13th March, 2014
Whilst Big Data continues to dominate the minds of the market research industry, I thought it would be interesting in a follow up to our previous posting to look at some of the practical applications of big data to ascertain where you may already be encountering its uses.
First of all, we should be clear. Big data is and will continue shaping our lives through analysis of large data sets that hopefully conclude with streamlining of important services and day to day tasks. One of the biggest fears for big data is removal of personal liberty from decision making; machines will be able to predict our movements, thoughts and actions before we do – and much the better in some cases. When these decisions concern traffic flow, disease management and hospital efficiency few could argue against utilising data to improve the public environment. And as we will see, big data can have brilliant but unintended effects.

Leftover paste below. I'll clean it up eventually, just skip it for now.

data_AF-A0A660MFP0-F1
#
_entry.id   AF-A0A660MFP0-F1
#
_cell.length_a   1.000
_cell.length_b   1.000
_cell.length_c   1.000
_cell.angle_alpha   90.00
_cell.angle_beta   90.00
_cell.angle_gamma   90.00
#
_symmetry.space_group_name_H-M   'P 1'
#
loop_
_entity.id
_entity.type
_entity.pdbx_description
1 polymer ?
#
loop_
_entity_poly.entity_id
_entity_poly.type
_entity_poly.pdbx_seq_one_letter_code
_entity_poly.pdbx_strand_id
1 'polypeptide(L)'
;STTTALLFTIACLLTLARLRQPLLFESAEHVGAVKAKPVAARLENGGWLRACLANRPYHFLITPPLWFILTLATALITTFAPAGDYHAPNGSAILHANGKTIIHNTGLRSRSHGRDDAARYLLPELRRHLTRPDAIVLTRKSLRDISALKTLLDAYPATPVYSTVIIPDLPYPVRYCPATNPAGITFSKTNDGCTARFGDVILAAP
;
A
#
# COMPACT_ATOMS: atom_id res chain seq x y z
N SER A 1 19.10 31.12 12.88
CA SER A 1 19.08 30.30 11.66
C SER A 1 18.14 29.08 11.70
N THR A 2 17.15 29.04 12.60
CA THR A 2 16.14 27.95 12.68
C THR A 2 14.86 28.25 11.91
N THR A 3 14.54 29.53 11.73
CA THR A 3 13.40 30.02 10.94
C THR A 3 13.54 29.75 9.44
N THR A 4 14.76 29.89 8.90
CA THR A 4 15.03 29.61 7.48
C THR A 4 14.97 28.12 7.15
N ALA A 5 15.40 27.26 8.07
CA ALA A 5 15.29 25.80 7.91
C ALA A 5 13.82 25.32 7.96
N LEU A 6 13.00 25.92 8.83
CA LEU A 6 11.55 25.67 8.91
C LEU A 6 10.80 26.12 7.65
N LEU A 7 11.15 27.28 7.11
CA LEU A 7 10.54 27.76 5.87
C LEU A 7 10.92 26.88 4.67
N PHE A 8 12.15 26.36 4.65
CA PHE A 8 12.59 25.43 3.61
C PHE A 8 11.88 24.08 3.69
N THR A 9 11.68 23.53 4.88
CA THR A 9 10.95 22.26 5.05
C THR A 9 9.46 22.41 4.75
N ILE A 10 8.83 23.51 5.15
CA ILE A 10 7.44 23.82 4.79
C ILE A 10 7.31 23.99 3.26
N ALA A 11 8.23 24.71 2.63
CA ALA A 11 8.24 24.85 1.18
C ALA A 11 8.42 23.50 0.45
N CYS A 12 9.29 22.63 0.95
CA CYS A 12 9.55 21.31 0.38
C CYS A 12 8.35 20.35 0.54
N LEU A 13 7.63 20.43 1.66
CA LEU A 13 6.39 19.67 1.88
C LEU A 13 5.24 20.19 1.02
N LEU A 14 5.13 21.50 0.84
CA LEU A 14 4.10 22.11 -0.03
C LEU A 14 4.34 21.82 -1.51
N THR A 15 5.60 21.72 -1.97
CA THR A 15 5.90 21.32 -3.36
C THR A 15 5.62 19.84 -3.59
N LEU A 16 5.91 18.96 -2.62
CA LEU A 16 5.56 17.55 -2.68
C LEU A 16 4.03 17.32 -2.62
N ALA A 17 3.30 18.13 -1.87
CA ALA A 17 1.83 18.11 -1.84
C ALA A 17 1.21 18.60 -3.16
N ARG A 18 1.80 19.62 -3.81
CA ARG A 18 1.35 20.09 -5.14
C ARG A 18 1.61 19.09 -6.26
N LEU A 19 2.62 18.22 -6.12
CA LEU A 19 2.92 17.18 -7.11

So we can see that IBM has taken big data and analytic into disease management. Utilising data in this manner is not entirely new, even back to the Broad Street Cholera Outbreak of 1854 with John Snow plotting his data set over a map to discern the location of the infected well, famously breaking the handle from the water pump to see an immediate reduction in cholera rates in the area. IBM is taking up the mantle by using big data to potentially predict outbreaks of deadly malaria and dengue fever. As outbreaks of dengue fever spread due to increased numbers of global mosquitos, and malaria continues to kill million every year, IBM’s Spatio Temporal Epidemiological Modeller (STEM) allow for quick combinations of incoming data to be correlated with existing disease data, constantly creating and maintaining an important disease database.
And schemes such as this could be further enhanced through data-sharing with search engines such as Google, who can somewhat accurately, based on search term volume, begin to accurately project outbreaks in specific locations. So where in the past it could have taken years to correlate specific climatic or social changes for disease management it can now be quickly managed to hopefully save some lives. It is important to continue to recognise the growing importance of public facing big data analysis and improving on these already enhanced offerings.